Frequently Asked Questions
|Please review our list of Frequently Asked Questions below for answers to common questions and concerns. If you do not find the answer to your question, please contact us.
1. I am in crisis. I’m thinking about suicide. Where can I go for help?
If you are experiencing an emotional crisis, family crisis, or having suicidal thoughts, talking to someone may help. The National HopeLine Network has trained counselors available 24 hours a day, seven days a week. Don’t wait. Call Now! 1 (800) SUICIDE (784-2433)
If you or someone you know is a danger to themselves or others, please call 911. Many law enforcement agencies have officers who have been trained to respond to persons who may be experiencing a mental health related crisis.
2. What does the NAMI acronym stand for?
NAMI was founded in 1979 as the National Alliance on Mental Illness. “NAMI” was officially made our corporate name in 1997, after a vote of the membership. This was done after years of discussion that the full name was not person-first language and perpetuated the very stigma we hope to erase.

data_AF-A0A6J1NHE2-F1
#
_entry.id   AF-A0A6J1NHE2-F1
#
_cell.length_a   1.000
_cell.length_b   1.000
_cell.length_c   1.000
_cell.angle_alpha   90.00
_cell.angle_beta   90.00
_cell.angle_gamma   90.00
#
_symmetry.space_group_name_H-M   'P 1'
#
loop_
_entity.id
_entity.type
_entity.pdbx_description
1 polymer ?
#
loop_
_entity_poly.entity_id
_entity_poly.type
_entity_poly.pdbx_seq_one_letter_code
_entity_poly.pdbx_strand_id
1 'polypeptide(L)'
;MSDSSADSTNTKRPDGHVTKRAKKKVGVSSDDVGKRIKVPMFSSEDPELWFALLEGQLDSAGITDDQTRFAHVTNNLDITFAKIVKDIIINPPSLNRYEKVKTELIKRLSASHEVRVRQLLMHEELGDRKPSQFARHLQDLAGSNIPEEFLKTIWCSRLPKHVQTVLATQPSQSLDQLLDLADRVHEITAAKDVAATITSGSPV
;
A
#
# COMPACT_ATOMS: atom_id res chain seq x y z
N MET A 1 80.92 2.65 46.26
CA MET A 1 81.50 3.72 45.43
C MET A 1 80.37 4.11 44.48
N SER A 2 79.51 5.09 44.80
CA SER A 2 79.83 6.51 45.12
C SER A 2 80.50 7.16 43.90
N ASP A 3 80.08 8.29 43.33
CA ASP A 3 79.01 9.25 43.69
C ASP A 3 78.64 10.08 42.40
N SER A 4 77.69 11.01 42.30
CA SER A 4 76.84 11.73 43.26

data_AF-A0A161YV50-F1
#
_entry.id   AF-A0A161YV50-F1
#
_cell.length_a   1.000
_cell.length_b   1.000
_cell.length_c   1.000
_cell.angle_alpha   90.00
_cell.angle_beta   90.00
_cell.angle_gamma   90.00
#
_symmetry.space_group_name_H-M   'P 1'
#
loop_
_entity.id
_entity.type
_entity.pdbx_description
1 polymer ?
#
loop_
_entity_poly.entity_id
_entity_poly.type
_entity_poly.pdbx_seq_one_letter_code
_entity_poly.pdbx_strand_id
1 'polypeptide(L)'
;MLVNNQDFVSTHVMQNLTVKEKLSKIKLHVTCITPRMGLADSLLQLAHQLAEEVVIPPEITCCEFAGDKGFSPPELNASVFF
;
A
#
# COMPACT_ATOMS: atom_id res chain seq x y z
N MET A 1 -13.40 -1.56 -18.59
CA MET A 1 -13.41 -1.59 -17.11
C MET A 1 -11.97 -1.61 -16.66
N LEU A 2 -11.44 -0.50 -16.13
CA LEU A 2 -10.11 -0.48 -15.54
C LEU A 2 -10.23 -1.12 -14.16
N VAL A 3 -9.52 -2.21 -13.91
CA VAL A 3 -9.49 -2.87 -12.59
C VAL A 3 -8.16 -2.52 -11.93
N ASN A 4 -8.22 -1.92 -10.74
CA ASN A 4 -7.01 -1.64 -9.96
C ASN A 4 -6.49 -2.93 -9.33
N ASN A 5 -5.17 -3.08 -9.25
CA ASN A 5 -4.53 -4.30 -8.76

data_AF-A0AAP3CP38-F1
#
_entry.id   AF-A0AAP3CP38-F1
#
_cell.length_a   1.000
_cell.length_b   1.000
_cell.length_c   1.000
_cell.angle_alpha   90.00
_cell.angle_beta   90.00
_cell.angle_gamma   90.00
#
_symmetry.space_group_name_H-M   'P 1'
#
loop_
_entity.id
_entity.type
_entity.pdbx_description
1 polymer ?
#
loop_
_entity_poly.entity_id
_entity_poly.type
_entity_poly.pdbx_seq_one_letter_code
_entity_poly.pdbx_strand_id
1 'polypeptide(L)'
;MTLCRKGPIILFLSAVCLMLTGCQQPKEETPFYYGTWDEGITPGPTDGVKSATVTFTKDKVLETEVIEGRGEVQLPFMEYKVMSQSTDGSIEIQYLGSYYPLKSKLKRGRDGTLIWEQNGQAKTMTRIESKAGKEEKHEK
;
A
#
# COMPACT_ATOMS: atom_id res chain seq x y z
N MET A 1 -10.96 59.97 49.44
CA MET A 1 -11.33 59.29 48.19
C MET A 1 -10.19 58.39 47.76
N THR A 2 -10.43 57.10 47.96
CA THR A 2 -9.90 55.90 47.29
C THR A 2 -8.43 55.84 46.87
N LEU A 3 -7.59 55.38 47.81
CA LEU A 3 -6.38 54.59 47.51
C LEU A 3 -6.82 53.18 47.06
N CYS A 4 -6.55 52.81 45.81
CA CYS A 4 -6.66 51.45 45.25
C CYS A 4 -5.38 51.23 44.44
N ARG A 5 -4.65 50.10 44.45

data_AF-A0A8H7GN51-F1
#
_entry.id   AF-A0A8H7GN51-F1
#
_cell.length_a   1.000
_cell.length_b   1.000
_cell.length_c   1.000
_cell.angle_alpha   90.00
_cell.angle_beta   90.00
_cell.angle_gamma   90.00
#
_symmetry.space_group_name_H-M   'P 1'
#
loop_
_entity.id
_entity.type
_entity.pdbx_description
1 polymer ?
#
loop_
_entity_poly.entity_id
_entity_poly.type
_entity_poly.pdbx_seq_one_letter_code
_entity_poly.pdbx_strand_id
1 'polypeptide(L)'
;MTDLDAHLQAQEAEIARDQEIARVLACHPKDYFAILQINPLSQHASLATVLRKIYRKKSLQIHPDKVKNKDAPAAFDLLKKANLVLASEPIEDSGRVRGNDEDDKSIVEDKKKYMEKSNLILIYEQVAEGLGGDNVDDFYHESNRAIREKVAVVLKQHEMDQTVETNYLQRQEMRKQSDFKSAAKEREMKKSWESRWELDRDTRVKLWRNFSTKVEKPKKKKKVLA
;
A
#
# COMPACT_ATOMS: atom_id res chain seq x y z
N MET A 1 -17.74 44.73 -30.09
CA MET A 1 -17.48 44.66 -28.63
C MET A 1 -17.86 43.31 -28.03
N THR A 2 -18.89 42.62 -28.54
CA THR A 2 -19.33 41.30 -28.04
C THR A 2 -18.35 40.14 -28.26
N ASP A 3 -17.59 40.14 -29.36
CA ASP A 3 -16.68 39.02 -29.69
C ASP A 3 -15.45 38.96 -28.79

3. Where can I find a support group in my area? Do you have support groups for specific diagnoses?
NAMI Texas currently offers the following online support groups: NAMI Connection Recovery Support Group for individuals with a mental health condition, the Family Support Group for family, partners, friends and significant others of a loved one with a mental health condition, and the Family Support Group for Parents. View details at https://namitexas.org/online-programming/.
You can also contact your local NAMI affiliate to inquire about their support group options. Find your nearest NAMI affiliate group.
NAMI has Online Discussion Groups organized by topic (including specific mental health conditions) where you can find support, share knowledge, ask questions and meet people who’ve been there.
4. I cannot afford my medication/doctor’s fees. Where can I go for financial assistance?